“It turns out that gifts from Barbie dolls to watches to blenders are often priced below Black Friday levels at various times throughout the year, even during the holiday season, and their prices follow different trajectories as the remaining shopping days tick down.”

For example, luxury items such as jewelry and watches tend to spike up throughout the holiday season. The Citizen watch tracked by the research firm does not change in model number or style each year. Also, luxury items such as this are often last minute purchases and not very likely to be price-shopped on Christmas Eve.

So, if you scored big time on Black Friday good for you, but if you’re still looking for a deal don’t worry. If you can wait long enough for that Citizen watch the lowest price in over two years was in March.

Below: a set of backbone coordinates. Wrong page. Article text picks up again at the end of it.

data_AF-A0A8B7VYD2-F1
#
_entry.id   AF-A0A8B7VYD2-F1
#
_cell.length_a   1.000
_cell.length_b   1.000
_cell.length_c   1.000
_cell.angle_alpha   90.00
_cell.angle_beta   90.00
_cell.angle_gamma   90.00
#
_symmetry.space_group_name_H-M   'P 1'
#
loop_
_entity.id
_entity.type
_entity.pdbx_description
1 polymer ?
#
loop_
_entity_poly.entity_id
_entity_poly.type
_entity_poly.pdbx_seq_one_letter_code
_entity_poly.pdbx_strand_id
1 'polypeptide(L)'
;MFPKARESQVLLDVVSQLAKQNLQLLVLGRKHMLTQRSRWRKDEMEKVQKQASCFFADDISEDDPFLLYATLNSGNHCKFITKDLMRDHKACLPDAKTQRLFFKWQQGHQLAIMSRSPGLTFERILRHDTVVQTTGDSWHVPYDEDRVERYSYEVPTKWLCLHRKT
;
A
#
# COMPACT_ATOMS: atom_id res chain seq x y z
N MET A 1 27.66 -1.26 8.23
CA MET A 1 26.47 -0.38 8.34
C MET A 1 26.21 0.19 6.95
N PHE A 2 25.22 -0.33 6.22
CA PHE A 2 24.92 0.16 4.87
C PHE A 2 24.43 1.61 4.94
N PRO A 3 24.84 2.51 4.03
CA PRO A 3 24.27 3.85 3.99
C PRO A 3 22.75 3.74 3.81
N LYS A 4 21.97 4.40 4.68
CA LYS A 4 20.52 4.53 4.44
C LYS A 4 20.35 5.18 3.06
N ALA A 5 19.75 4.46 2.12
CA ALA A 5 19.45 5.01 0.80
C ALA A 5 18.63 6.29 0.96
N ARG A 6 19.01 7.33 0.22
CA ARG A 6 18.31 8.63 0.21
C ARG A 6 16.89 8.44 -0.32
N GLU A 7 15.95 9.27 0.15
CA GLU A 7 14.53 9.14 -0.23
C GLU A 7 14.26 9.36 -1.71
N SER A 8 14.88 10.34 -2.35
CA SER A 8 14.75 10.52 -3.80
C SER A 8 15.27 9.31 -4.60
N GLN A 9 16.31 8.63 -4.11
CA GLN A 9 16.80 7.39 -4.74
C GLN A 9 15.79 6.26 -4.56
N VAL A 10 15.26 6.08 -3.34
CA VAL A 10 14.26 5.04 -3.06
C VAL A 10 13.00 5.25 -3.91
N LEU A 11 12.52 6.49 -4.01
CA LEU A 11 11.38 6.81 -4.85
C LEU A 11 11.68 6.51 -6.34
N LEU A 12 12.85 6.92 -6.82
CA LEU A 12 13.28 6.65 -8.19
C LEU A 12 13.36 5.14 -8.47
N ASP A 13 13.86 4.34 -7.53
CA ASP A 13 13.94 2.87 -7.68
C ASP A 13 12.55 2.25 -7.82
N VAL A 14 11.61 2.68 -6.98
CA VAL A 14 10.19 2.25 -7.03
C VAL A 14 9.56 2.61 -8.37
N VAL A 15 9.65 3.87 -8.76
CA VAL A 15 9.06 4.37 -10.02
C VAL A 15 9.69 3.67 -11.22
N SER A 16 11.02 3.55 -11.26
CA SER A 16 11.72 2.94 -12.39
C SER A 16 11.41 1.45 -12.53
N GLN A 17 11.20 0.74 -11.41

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Operating Appliances by Remote Control

A practical idea or ahead of its time?

Are connected appliances for you?

I’ll admit it. I’m an early adopter when in comes to technology. Also, having 30 plus years experience in the appliance business, I still follow and write about appliance industry trends. But, when it comes to high technology “connected” appliances, I’ve not been a fan.

But now, they are beginning to gain traction. On the high end, both Dacor and Viking are beginning to test the waters with appliances that are operated by smartphones. Recently, GE introduced a wall oven controlled by it’s Brillon mobile app, and now it’s available in a more economical range line.


GE Range